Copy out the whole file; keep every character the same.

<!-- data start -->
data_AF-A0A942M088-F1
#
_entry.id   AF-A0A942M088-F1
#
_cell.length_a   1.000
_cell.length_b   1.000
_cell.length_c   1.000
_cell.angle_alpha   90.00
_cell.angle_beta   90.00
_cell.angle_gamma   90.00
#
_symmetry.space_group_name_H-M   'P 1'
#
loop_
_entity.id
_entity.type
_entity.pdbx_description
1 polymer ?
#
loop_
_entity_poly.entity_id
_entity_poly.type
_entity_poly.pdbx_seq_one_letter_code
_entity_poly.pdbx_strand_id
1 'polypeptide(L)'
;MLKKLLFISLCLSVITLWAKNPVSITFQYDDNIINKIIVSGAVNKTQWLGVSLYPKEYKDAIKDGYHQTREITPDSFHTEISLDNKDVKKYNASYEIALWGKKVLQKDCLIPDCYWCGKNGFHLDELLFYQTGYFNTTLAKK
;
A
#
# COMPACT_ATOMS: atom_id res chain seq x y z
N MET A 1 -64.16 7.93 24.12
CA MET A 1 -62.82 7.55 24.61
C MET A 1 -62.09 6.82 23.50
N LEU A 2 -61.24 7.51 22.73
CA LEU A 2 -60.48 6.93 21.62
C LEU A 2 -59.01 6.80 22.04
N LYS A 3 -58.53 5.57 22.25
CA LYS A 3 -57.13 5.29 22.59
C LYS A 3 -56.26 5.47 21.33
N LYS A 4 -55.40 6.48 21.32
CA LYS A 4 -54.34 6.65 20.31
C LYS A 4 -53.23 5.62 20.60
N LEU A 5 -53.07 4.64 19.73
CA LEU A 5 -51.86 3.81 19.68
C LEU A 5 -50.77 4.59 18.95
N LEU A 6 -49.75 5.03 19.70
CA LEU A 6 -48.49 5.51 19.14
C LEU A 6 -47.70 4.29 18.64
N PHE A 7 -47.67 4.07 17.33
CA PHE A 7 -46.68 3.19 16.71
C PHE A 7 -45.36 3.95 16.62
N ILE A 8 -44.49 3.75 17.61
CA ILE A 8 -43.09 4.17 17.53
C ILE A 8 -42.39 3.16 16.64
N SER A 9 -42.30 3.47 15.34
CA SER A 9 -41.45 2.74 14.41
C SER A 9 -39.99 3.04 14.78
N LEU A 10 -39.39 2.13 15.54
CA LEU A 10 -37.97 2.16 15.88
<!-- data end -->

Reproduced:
data_AF-A0A942M088-F1
#
_entry.id   AF-A0A942M088-F1
#
_cell.length_a   1.000
_cell.length_b   1.000
_cell.length_c   1.000
_cell.angle_alpha   90.00
_cell.angle_beta   90.00
_cell.angle_gamma   90.00
#
_symmetry.space_group_name_H-M   'P 1'
#
loop_
_entity.id
_entity.type
_entity.pdbx_description
1 polymer ?
#
loop_
_entity_poly.entity_id
_entity_poly.type
_entity_poly.pdbx_seq_one_letter_code
_entity_poly.pdbx_strand_id
1 'polypeptide(L)'
;MLKKLLFISLCLSVITLWAKNPVSITFQYDDNIINKIIVSGAVNKTQWLGVSLYPKEYKDAIKDGYHQTREITPDSFHTEISLDNKDVKKYNASYEIALWGKKVLQKDCLIPDCYWCGKNGFHLDELLFYQTGYFNTTLAKK
;
A
#
# COMPACT_ATOMS: atom_id res chain seq x y z
N MET A 1 -64.16 7.93 24.12
CA MET A 1 -62.82 7.55 24.61
C MET A 1 -62.09 6.82 23.50
N LEU A 2 -61.24 7.51 22.73
CA LEU A 2 -60.48 6.93 21.62
C LEU A 2 -59.01 6.80 22.04
N LYS A 3 -58.53 5.57 22.25
CA LYS A 3 -57.13 5.29 22.59
C LYS A 3 -56.26 5.47 21.33
N LYS A 4 -55.40 6.48 21.32
CA LYS A 4 -54.34 6.65 20.31
C LYS A 4 -53.23 5.62 20.60
N LEU A 5 -53.07 4.64 19.73
CA LEU A 5 -51.86 3.81 19.68
C LEU A 5 -50.77 4.59 18.95
N LEU A 6 -49.75 5.03 19.70
CA LEU A 6 -48.49 5.51 19.14
C LEU A 6 -47.70 4.29 18.64
N PHE A 7 -47.67 4.07 17.33
CA PHE A 7 -46.68 3.19 16.71
C PHE A 7 -45.36 3.95 16.62
N ILE A 8 -44.49 3.75 17.61
CA ILE A 8 -43.09 4.17 17.53
C ILE A 8 -42.39 3.16 16.64
N SER A 9 -42.30 3.47 15.34
CA SER A 9 -41.45 2.74 14.41
C SER A 9 -39.99 3.04 14.78
N LEU A 10 -39.39 2.13 15.54
CA LEU A 10 -37.97 2.16 15.88